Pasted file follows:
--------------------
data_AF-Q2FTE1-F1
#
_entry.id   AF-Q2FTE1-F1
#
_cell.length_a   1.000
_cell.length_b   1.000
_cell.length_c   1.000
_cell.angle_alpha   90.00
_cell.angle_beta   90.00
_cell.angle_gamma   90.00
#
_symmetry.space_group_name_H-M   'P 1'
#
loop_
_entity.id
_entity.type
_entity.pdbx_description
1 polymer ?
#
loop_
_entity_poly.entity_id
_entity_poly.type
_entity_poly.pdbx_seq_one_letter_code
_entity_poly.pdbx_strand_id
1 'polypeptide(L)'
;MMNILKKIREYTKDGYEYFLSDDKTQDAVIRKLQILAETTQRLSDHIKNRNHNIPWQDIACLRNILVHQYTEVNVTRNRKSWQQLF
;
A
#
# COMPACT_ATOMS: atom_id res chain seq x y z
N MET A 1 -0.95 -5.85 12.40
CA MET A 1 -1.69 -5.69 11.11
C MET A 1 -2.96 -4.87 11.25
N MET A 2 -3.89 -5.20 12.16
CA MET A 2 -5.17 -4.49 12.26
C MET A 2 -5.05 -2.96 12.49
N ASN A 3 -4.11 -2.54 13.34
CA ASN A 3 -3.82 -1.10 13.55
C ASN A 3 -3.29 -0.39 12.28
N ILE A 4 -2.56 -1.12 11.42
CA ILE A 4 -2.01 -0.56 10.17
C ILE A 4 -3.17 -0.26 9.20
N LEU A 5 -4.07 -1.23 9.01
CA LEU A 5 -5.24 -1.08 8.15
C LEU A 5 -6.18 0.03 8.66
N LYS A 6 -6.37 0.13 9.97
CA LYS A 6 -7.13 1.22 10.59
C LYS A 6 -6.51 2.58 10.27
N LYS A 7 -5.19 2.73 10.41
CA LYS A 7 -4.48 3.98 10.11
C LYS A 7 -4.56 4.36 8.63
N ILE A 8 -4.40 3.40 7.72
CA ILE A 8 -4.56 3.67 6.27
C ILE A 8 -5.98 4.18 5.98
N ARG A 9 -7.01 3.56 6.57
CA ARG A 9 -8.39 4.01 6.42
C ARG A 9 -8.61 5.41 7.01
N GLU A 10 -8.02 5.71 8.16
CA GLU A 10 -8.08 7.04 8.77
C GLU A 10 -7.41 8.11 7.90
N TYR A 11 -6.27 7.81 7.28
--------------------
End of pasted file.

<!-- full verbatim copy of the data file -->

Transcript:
data_AF-Q2FTE1-F1
#
_entry.id   AF-Q2FTE1-F1
#
_cell.length_a   1.000
_cell.length_b   1.000
_cell.length_c   1.000
_cell.angle_alpha   90.00
_cell.angle_beta   90.00
_cell.angle_gamma   90.00
#
_symmetry.space_group_name_H-M   'P 1'
#
loop_
_entity.id
_entity.type
_entity.pdbx_description
1 polymer ?
#
loop_
_entity_poly.entity_id
_entity_poly.type
_entity_poly.pdbx_seq_one_letter_code
_entity_poly.pdbx_strand_id
1 'polypeptide(L)'
;MMNILKKIREYTKDGYEYFLSDDKTQDAVIRKLQILAETTQRLSDHIKNRNHNIPWQDIACLRNILVHQYTEVNVTRNRKSWQQLF
;
A
#
# COMPACT_ATOMS: atom_id res chain seq x y z
N MET A 1 -0.95 -5.85 12.40
CA MET A 1 -1.69 -5.69 11.11
C MET A 1 -2.96 -4.87 11.25
N MET A 2 -3.89 -5.20 12.16
CA MET A 2 -5.17 -4.49 12.26
C MET A 2 -5.05 -2.96 12.49
N ASN A 3 -4.11 -2.54 13.34
CA ASN A 3 -3.82 -1.10 13.55
C ASN A 3 -3.29 -0.39 12.28
N ILE A 4 -2.56 -1.12 11.42
CA ILE A 4 -2.01 -0.56 10.17
C ILE A 4 -3.17 -0.26 9.20
N LEU A 5 -4.07 -1.23 9.01
CA LEU A 5 -5.24 -1.08 8.15
C LEU A 5 -6.18 0.03 8.66
N LYS A 6 -6.37 0.13 9.97
CA LYS A 6 -7.13 1.22 10.59
C LYS A 6 -6.51 2.58 10.27
N LYS A 7 -5.19 2.73 10.41
CA LYS A 7 -4.48 3.98 10.11
C LYS A 7 -4.56 4.36 8.63
N ILE A 8 -4.40 3.40 7.72
CA ILE A 8 -4.56 3.67 6.27
C ILE A 8 -5.98 4.18 5.98
N ARG A 9 -7.01 3.56 6.57
CA ARG A 9 -8.39 4.01 6.42
C ARG A 9 -8.61 5.41 7.01
N GLU A 10 -8.02 5.71 8.16
CA GLU A 10 -8.08 7.04 8.77
C GLU A 10 -7.41 8.11 7.90
N TYR A 11 -6.27 7.81 7.28